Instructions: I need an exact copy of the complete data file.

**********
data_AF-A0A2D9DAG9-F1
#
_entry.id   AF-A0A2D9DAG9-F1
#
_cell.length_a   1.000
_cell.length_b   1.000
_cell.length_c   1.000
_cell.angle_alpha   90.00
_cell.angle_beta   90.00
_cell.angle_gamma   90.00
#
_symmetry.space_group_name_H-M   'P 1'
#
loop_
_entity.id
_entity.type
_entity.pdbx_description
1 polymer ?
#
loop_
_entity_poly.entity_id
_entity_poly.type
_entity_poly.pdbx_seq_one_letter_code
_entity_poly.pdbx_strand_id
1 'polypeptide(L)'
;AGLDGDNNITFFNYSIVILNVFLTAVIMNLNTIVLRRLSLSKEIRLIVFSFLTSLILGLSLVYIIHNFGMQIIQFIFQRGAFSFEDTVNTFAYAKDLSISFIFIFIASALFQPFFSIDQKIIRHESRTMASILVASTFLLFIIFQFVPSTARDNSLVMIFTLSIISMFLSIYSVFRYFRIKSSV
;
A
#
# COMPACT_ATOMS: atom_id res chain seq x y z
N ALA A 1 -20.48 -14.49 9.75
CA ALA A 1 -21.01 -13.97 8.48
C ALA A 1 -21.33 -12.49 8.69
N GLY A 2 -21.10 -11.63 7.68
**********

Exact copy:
data_AF-A0A2D9DAG9-F1
#
_entry.id   AF-A0A2D9DAG9-F1
#
_cell.length_a   1.000
_cell.length_b   1.000
_cell.length_c   1.000
_cell.angle_alpha   90.00
_cell.angle_beta   90.00
_cell.angle_gamma   90.00
#
_symmetry.space_group_name_H-M   'P 1'
#
loop_
_entity.id
_entity.type
_entity.pdbx_description
1 polymer ?
#
loop_
_entity_poly.entity_id
_entity_poly.type
_entity_poly.pdbx_seq_one_letter_code
_entity_poly.pdbx_strand_id
1 'polypeptide(L)'
;AGLDGDNNITFFNYSIVILNVFLTAVIMNLNTIVLRRLSLSKEIRLIVFSFLTSLILGLSLVYIIHNFGMQIIQFIFQRGAFSFEDTVNTFAYAKDLSISFIFIFIASALFQPFFSIDQKIIRHESRTMASILVASTFLLFIIFQFVPSTARDNSLVMIFTLSIISMFLSIYSVFRYFRIKSSV
;
A
#
# COMPACT_ATOMS: atom_id res chain seq x y z
N ALA A 1 -20.48 -14.49 9.75
CA ALA A 1 -21.01 -13.97 8.48
C ALA A 1 -21.33 -12.49 8.69
N GLY A 2 -21.10 -11.63 7.68